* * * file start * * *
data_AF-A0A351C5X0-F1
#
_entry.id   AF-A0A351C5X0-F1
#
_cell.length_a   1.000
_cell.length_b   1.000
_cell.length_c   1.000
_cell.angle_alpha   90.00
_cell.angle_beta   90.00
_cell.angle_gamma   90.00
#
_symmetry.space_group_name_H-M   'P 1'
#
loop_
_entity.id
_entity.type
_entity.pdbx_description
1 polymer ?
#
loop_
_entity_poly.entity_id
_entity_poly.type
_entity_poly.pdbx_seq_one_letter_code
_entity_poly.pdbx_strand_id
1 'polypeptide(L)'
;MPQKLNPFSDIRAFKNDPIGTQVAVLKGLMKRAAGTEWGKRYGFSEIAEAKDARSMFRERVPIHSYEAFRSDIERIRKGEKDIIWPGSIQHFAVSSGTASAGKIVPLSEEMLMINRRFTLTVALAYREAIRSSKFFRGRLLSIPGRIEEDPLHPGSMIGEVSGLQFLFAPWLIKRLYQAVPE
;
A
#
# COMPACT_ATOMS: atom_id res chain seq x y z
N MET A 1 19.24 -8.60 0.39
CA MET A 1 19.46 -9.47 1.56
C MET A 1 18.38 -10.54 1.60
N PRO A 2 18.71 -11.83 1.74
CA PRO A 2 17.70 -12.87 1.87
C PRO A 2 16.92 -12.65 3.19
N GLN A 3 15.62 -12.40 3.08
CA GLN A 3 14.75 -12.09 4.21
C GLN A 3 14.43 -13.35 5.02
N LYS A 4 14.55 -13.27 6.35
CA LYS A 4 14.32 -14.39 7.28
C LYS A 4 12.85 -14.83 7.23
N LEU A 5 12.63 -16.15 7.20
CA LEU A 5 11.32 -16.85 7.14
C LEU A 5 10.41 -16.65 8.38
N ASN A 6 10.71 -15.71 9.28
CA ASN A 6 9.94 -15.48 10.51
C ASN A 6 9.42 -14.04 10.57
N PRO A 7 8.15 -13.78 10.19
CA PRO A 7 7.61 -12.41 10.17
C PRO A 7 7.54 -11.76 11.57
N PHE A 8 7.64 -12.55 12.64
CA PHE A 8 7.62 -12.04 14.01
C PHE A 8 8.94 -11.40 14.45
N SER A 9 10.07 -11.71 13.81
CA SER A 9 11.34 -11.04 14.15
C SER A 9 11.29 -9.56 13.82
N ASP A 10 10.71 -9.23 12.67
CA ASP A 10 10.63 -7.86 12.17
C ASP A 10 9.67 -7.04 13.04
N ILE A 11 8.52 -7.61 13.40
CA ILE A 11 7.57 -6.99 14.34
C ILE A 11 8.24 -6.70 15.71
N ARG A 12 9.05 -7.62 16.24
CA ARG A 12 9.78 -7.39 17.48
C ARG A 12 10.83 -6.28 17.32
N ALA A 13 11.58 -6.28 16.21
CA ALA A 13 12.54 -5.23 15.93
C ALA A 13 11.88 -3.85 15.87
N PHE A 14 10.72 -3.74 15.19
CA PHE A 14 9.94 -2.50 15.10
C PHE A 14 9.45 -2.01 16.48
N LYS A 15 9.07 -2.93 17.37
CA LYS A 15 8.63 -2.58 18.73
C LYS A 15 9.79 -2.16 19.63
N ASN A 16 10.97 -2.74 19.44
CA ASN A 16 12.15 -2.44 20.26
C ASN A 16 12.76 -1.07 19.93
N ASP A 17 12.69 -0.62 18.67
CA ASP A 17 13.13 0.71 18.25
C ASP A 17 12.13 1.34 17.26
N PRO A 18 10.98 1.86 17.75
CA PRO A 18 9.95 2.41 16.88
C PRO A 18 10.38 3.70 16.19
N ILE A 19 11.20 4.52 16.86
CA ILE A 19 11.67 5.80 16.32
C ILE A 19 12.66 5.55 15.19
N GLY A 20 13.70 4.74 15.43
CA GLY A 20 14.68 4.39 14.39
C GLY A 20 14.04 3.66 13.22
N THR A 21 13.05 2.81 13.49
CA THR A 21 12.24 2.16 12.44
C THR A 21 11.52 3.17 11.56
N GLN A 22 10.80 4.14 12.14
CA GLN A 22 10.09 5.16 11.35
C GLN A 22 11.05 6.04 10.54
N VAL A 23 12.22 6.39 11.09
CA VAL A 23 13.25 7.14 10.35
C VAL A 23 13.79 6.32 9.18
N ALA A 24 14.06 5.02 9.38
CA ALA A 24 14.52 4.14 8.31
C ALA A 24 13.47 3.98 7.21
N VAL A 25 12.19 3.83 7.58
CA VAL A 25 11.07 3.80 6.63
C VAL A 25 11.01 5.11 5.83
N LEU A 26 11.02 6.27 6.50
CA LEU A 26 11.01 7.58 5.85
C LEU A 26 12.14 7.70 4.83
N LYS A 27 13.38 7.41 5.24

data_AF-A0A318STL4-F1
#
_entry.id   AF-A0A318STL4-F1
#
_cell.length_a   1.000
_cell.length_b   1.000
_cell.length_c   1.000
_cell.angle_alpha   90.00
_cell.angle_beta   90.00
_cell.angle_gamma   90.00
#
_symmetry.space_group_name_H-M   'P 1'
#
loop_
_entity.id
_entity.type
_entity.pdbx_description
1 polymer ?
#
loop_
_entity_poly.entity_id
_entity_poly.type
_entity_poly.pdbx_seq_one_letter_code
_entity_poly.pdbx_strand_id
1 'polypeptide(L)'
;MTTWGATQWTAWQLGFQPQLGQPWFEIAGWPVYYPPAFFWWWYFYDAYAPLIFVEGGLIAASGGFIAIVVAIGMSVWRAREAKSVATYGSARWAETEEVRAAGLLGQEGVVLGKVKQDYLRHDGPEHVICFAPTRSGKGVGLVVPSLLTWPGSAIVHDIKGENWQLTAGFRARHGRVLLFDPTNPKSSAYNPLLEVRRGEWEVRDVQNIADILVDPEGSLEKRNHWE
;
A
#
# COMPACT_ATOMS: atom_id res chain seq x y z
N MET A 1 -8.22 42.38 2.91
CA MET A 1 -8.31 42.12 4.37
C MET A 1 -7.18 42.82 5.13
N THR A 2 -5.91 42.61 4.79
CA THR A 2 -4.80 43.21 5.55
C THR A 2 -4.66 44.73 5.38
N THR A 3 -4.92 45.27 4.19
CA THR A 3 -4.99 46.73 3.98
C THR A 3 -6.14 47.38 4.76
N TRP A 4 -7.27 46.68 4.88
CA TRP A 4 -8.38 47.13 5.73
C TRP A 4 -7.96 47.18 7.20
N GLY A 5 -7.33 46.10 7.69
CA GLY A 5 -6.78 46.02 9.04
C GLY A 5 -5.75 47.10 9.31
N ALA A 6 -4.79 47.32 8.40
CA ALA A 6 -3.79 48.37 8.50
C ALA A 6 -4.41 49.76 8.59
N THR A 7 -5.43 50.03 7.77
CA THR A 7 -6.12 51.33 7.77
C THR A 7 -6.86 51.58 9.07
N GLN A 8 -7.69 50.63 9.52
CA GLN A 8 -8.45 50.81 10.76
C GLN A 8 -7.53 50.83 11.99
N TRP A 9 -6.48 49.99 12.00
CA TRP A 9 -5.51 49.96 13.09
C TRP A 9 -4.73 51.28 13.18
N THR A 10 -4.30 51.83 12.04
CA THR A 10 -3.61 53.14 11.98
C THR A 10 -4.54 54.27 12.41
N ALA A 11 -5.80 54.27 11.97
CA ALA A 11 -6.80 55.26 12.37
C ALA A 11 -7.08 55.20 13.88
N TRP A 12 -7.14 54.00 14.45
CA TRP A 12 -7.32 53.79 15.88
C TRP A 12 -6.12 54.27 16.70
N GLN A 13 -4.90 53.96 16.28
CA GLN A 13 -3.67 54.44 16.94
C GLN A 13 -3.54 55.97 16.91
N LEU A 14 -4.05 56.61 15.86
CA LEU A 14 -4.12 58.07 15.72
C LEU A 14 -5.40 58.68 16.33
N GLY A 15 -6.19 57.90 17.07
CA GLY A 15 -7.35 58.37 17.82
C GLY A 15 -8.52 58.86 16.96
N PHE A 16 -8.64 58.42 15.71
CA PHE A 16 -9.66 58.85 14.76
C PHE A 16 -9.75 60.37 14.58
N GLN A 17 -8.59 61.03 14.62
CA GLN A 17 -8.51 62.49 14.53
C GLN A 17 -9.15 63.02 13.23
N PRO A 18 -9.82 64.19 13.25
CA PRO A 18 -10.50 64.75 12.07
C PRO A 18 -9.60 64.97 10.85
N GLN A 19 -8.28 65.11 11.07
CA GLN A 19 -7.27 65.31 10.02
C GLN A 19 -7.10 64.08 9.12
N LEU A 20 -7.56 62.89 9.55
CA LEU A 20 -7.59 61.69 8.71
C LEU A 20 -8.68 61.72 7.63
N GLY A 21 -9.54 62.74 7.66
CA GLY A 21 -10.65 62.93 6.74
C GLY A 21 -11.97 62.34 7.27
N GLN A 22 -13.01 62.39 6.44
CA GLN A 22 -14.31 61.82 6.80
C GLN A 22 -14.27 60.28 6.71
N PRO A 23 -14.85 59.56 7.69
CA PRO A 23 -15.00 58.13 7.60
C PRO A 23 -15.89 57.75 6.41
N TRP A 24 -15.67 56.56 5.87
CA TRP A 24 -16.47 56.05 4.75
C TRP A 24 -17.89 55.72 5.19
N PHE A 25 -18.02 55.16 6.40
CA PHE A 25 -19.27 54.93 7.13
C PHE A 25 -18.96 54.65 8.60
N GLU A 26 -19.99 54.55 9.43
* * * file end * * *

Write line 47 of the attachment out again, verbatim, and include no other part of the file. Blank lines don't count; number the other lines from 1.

CA ASN A 6 9.94 -15.48 10.51